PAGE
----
Louisville Personal Injury – Medical Malpractice Case Against Home Health Care Company and Nurse Case.
In October of 2007, Mr. Ira Eldridge was injured and required a catheter to be placed into his right atrium of his heart. (See Mary Breckinridge Healthcare, Inc. v. Eldridge, 275 S.W.3d 739 (Ky.App. 2008). In this case, a nurse Johnson made two visits to Mr. Eldridge’s home. The first at 10:20am where she changed the dressing of the catheter site but this time used scissors to assist. Id. During that visit a leak developed and medication dripped onto Plaintiff’s chest. Id. Plaintiff did call the home healthcare center back to report the leak and had Nurse Johnson come back out at about 4:35pm. Id. At this second visit, a witness Mr. Mullins testified that this time it seemed she was pulling and tugging on the catheter. Id. By the end of the visit, Nurse Johnson recommended that Plaintiff go to the hospital. Id. Plaintiff called his wife Sylvania to take him. Id. During this conversation Sylvania testified the he sounded nervous, had problems breathing and was coughing. Id. When she met him, Plaintiff looked scared, excited, and had trouble breathing. Id. During the ride, Plaintiff told Sylvania what had happened. Id.
Sylvania at trial testified as to what Plaintiff had said about Nurse Johnson trying to manipulate the catheter and so forth. Id. She also testified how she told the ER doctors what Plaintiff had told her. Id. Plaintiff died the next day. Id. The medical reports showed that the catheter was dislodged and ultimately found under the right clavicle instead of in the right atrium of the heart, with a crack in it. Id. Plaintiff’s personal injury lawyer was able to bring forward the testimony needed.
This trial came down to Sylvania’s testimony and what she could or could not repeat as to what she was told by the deceased Plaintiff. This was a case about ‘hearsay’ testimony. Id.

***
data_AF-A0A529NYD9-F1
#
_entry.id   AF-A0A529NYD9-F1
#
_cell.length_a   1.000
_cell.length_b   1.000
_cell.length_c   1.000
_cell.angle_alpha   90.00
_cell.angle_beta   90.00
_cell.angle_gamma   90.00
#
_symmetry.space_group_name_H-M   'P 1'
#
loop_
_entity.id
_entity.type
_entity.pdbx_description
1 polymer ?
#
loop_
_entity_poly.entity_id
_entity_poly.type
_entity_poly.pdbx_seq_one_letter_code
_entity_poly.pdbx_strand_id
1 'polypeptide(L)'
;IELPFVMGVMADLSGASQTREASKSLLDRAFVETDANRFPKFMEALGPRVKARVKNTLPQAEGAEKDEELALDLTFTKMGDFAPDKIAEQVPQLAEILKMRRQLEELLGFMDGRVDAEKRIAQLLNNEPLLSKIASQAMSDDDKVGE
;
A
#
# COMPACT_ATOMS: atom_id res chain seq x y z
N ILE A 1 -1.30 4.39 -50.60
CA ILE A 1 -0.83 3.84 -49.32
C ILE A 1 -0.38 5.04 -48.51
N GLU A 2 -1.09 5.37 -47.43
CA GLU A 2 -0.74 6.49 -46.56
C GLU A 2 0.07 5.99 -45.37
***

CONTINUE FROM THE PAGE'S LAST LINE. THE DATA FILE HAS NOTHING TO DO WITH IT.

This Court following other Kentucky courts stated that it was recognized and followed “that a patient’s history related to a treating doctor by a member of the patient’s family was admissible.” Id. Thus, the information Sylvania gave to the ER doctors that Plaintiff had given was allowable. Plaintiff’s Kentucky personal injury attorney was able to get into evidence the testimony he needed.
The trial Court allowed the statements of Sylvania about how Nurse Johnson handled the first and second visit as an excited utterance. An excited utterance is “a statement relating to a startling event or condition made while the declarant was under the stress of excitement caused by the event or condition.” Id. It has to be made “from nervous excitement and not after reflection or deliberation.” Id. You have to look at the degree of excitement generated by an event and “the time and opportunity for declarant to regain composure in order to fabricate an answer before communication to another.” Id. Sylvania testified that when she spoke to Plaintiff he sounded nervous and had breathing problems over the phone. Id. And when she finally met him, he did relate the facts of Nurse Johnson’s visit earlier that day. Id. The second visit of Nurse Johnson was about 30 minutes prior to Sylvania meeting up with him. Id.
Based on what Sylvania testified to, Nurse Johnson should not have done anything to Plaintiff and should have called a doctor immediately. Id. It was the excitement from the second visit that the Court allowed the statements to come in. Id. While it is usually customary for a person to show outward manifestations of excitement in order to admit evidence under the excited utterance exception, it does not have to be so every time. Id. The Court stated that you have to look at the circumstances that generated the excitement. Id. A person may appear calm but that does not mean he is not in mental turmoil or excited nor that his capacity for reflection and deliberation is not stilled. Id. In that the factual findings of the trial court were not clearly erroneous and there was no abuse of discretion in letting in the statements, the statements were allowed. Id.
The statements were allowed in under either the medical treatment hearsay rule or the excited utterance exception rule.
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